Why People Share Things Online: Dopamine


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Originally published on SocialCommerceToday.com, written by Paul Marsden

why we share: dopamineUnderstanding why people share stuff in social media is key to unlocking sales in social commerce; social media communicates social influence and social influence creates social sales.

Research Helps

And a new study by Harvard psychologists Diana Tamir and Jason Mitchell has just found out why we share – it’s the mesolimbic dopamine system.

Humans devote 30–40% of speech output solely to informing others of their own subjective experiences.

Bypassing the neurobabble (read the study here), what the study found was that the area of the brain responsible for outputting the ‘pleasure chemical’ (the neurotransmitter dopamine that makes us feel pleasure) is activated when we talk about ourselves.

Which is probably why 30-40% of everything you ever say will be about you. Your Mesolimbic Dopamine System means you get a chemical kick about talking about yourself.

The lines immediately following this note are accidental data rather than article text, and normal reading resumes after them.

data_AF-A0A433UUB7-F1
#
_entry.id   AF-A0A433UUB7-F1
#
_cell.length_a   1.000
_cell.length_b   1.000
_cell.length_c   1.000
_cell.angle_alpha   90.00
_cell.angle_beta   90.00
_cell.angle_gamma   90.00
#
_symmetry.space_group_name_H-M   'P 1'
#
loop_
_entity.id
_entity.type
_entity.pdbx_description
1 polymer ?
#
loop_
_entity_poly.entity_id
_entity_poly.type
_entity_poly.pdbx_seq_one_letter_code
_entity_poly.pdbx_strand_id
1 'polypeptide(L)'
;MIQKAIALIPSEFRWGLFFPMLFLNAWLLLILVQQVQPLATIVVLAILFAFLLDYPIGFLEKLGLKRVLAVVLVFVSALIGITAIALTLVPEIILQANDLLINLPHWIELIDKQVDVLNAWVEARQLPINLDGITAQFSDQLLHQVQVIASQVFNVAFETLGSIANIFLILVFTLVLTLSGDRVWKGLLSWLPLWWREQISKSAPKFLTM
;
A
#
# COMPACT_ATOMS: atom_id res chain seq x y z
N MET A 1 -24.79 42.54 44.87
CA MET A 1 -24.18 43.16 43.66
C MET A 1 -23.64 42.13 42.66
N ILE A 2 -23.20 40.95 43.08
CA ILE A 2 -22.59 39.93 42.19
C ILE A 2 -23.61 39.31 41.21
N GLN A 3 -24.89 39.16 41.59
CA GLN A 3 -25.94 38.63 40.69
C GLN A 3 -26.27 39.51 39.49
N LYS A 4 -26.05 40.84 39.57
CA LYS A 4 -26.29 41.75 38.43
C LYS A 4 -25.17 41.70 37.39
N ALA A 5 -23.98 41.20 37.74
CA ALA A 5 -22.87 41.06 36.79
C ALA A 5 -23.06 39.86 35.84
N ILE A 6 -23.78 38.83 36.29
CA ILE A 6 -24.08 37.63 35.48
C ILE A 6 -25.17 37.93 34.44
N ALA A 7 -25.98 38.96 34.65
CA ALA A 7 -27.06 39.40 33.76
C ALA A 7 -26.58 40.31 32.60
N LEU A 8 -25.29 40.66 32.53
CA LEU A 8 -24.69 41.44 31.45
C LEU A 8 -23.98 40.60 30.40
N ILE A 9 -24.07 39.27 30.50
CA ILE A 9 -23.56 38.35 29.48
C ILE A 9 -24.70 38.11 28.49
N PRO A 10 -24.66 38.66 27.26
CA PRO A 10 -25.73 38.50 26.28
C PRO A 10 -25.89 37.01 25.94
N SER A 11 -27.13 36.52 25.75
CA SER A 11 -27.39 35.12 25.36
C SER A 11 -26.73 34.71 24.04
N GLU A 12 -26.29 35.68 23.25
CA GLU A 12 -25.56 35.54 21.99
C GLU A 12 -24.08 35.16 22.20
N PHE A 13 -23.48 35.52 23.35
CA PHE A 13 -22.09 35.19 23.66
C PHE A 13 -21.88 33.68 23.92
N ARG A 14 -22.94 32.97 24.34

It’s also probably why 80% of your social media output will be vanity posts about you. Talking about yourself is verbal masturbation and you’re addicted. You’re hardwired to spread your memes as well as your genes.

In a nutshell, the psychologists found this out by getting people to talk about themselves and then about others whilst having their brain scanned (fMRI) and then by getting them to do cognitive tests.

Bottom line? Lots of pleasure chemical when talking about ourselves, not a lot when talking about other.

People Even Turn Down Money

And if asked, we’d rather fill out an unpaid survey about ourselves than get paid to fill out a survey about facts or others.

In fact, the premium we give on talking about ourselves over talking about others averages out to be $0.63. Our minds might want privacy, but our brains want self-disclosure.

So what does all this mean for social commerce?  Simple, get people to talk about themselves, not your products.  Your product should feature, but it’s the support role, not the leading role.

In the world of social commerce, the t-shirt wisdom “it’s all about me” holds true.  (thanks to Ed White, from the fabulous Contagious Magazine, for the heads up on this study).


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